Uterine Arteriovenous Malformation After Molar Pregnancy: A Case Report and Review of Literature
Women’s Health Bulletin: October 2017, 4 (4); e12652
September 19, 2017
Article Type: Case Report
May 6, 2017
June 11, 2017
How to Cite:
M, Mousavi Seresht
H. Uterine Arteriovenous Malformation After Molar Pregnancy: A Case Report and Review of Literature,
Women Health Bull.
Copyright © 2017, Women’s Health Bulletin. This is an open-access article distributed under the terms of the Creative Commons Attribution-NonCommercial 4.0 International License (http://creativecommons.org/licenses/by-nc/4.0/) which permits copy and redistribute the material just in noncommercial usages, provided the original work is properly cited.
Uterine arteriovenous malformation is as an abnormal vascular connection of myometrium and it is similar to arteriovenous aneurysm. This lesion is a rare cause of severe and threatened vaginal hemorrhage, especially in women of reproductive age with a history of at least 1 pregnancy. The incidence of AVM is unknown; typically, acquired type of AVM occurs after invasive surgical manipulation of uterus such as cesarean section, dilation and curettage and so on. Also, occasionally AVM is seen in patients without any history of surgery, who have neoplastic disorders (e.g., endometrial adenocarcinoma and gestational trophoblastic disease), or even after normal vaginal delivery (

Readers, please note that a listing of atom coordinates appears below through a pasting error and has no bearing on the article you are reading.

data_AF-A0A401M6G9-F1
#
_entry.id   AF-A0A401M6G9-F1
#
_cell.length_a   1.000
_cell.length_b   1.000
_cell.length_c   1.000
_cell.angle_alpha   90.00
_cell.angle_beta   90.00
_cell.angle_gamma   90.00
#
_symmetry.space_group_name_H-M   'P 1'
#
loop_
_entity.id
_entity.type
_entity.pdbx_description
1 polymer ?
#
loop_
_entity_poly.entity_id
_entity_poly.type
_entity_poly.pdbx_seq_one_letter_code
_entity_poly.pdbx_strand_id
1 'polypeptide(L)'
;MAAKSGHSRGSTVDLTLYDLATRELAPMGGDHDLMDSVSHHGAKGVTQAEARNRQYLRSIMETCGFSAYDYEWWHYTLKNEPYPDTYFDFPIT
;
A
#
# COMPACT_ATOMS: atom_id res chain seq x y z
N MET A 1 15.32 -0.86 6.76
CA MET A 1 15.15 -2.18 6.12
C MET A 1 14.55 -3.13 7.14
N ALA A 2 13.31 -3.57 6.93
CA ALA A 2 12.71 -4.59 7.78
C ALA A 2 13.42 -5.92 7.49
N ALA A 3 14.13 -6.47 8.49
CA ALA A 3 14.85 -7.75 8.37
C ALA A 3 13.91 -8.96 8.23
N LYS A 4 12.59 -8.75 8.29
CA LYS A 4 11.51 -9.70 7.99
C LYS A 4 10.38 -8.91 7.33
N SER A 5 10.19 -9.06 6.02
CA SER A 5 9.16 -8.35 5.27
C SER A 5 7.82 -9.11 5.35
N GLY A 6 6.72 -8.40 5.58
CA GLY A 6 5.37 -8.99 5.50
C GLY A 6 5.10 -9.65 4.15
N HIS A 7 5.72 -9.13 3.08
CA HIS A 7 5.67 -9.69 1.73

1). The most common symptom of AVM patients is sudden excessive and threatened vaginal bleeding, which is often non-responsive to ordinary treatment and requires blood transfusion. Pregnancy and associated hormonal changes in pregnancy such as elevated human chorionic gonadotropin may play a role in the proliferation of latent AVM through an unclear mechanism. The reports from AVM after molar pregnancy termination are rare. After suspected AVM, imaging studies confirm the diagnosis. The first choice of imaging studies is pelvic sonography, particularly use of Doppler, followed by MRI and angiography. It appears that uterine artery embolization is the most common treatment of AVM although successful result of conservative treatment has also been reported ( 2). Tsai reported an effective embolization of large molar AVM, which led to successful term pregnancy. When AVM follows gestational trophoblastic neoplasia, angiographic embolization seems to be feasible without damage to future pregnancy ( 3). In this report, we discussed a patient with uterine arteriovenous malformation after molar pregnancy.